6 Negative Effects of Uncontrolled High Blood Pressure

High blood pressure

Nearly half of all American adults have high blood, however, many don’t even know they have it because it often times presents no obvious symptoms. With this figure continuing to increase year-over-year, it’s important for everyone to know their blood pressure numbers and what they mean.

It’s also important to be aware of your risk factors. There are physical traits and lifestyle choices that can increase your risk of developing high blood pressure, many of which can be prevented or managed with medication or lifestyle changes. Uncontrolled high blood pressure can be detrimental to your overall health and even life-threatening. Here are six negative effects you should be aware of:

1. Increased risk of heart attack and heart stroke:  High Blood pressure cause excessive strain leads to the damage the coronary arteries and further making them a contract or narrowed down from build-up cholesterol or fat. It interrupts the natural flow of the blood to the heart and increases the pressure. At the most extreme condition, it prevents muscles to absorb oxygen eventually causing a heart attack.  Similarly, it also increases the chances of stroke where brain vessels to the brain got blocked due to clot or bursts.

2. May lead to heart failure: Heart failure occurs when the heart is unable to pump enough blood and oxygen to support the other organs in the body. An estimated 5.7 million adults in the U.S. have heart failure and roughly half of those who develop it will die within 5 years of diagnosis. Many deaths resulting from heart failure occur in patients who are also found to have high blood pressure, also called hypertension.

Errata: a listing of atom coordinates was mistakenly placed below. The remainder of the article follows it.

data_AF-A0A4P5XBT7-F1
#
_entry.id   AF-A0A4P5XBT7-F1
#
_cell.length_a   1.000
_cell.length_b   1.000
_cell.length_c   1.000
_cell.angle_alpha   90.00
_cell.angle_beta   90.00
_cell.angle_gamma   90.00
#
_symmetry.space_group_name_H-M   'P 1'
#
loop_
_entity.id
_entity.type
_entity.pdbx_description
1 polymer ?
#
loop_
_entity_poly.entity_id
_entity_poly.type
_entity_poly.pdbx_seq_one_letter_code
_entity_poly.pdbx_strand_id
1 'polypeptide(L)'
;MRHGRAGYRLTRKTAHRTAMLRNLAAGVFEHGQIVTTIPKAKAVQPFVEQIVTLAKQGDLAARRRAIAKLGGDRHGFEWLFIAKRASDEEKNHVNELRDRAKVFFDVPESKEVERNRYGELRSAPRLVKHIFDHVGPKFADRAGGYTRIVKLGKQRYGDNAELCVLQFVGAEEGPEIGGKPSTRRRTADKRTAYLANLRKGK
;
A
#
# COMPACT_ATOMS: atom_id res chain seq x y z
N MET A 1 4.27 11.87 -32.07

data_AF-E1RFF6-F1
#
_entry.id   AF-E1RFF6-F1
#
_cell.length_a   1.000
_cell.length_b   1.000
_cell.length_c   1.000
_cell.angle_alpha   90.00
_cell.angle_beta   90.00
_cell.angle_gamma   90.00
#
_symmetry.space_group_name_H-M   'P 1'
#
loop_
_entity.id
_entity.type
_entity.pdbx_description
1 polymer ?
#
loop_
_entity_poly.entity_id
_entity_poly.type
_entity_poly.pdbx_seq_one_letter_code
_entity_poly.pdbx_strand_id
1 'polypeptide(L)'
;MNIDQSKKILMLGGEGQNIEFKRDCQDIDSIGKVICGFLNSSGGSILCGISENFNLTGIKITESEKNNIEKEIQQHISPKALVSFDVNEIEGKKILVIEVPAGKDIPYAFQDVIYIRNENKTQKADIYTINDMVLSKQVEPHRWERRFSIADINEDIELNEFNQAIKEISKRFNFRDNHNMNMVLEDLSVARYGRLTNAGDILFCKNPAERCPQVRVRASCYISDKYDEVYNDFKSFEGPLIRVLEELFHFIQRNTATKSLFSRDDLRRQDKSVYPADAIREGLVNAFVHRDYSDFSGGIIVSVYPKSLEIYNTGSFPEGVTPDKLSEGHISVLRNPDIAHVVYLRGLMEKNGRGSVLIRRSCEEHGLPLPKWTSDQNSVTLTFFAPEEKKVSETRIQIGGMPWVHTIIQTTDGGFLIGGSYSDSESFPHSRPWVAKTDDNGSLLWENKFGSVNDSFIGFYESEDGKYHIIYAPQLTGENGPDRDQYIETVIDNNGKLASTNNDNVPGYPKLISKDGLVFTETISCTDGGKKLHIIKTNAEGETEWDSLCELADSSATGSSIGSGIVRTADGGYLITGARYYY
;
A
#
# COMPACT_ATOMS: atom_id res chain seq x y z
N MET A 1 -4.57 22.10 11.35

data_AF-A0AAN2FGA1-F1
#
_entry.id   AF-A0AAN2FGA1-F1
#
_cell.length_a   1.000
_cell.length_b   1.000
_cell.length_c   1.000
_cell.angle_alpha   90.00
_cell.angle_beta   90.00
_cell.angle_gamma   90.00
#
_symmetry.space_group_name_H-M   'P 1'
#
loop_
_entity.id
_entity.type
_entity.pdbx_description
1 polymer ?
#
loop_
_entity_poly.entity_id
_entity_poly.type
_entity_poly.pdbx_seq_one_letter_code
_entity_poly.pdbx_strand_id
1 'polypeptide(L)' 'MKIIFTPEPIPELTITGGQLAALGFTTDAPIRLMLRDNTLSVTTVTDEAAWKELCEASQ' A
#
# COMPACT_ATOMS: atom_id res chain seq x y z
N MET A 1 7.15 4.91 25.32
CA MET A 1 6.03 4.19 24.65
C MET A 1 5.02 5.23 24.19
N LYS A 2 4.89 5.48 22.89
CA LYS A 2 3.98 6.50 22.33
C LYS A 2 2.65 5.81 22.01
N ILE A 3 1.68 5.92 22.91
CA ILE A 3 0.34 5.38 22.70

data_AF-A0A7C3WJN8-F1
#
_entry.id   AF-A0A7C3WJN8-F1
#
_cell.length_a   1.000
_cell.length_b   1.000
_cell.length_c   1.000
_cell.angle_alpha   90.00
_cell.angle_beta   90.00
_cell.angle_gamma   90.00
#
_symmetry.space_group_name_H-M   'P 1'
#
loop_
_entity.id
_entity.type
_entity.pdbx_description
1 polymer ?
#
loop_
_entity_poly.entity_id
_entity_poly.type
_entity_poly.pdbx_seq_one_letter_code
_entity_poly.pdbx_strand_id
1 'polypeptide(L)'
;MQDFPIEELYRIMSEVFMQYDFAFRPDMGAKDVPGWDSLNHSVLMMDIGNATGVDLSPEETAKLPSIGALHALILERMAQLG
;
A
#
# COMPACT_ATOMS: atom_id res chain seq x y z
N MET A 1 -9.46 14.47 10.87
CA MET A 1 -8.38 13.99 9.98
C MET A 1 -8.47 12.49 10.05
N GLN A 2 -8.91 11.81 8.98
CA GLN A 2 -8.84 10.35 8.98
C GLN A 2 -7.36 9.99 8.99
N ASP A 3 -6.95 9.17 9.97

3. May develop vision problems and vision loss: High blood pressure doesn’t just affect your heart. It can cause damage to the vessels which supply blood to the retina in your eyes. If damage occurs, it can lead to bleeding in the eye, blurred vision or total loss of vision. It can also result in nerve damage that can affect your eyes. Those with both high blood pressure and diabetes have an even greater risk of developing vision problems.

4. Increased risk for kidney disease and/or kidney failure: High blood pressure can also cause damage to the arteries leading to your kidneys, affecting their ability to effectively filter blood. In fact, hypertension is the second leading cause of kidney failure.

5.  May lead to sexual dysfunction: Because blood pressure refers to the force of blood flowing through your blood vessels, it has the potential to affect all areas of the body including your reproductive organs. When nerves are damaged, high blood pressure may lead to sexual dysfunction such as erectile dysfunction in men and decreased libido in women.

6.  Greater risk for Peripheral Artery Disease (PAD): Hypertension can lead to atherosclerosis, or the narrowing and blockage of arteries in critical regions of the body Atherosclerosis causes both coronary artery disease and peripheral artery disease. The latter affects areas of the body served by the peripheral arteries such as the legs, stomach, arms and head. The most common symptoms include cramping, pain or fatigue in the leg or hip muscles, particularly when walking or climbing stairs. Left untreated, peripheral artery disease can lead to gangrene and amputation.

When to Seek Help

As you can see, the effects of high blood pressure are far-reaching. Untreated, hypertension can lead to long-term or permanent damage, in many cases can contribute to death.

Dr. Farhan Majeed uses state-of-the-art technologies and state-of-the-art therapies to serve patients in and around Port Charlotte, Florida who need cardiac and vascular care. If you’ve experienced the negative effects of uncontrolled high blood pressure, call (941) 629-2111 to schedule an appointment today.

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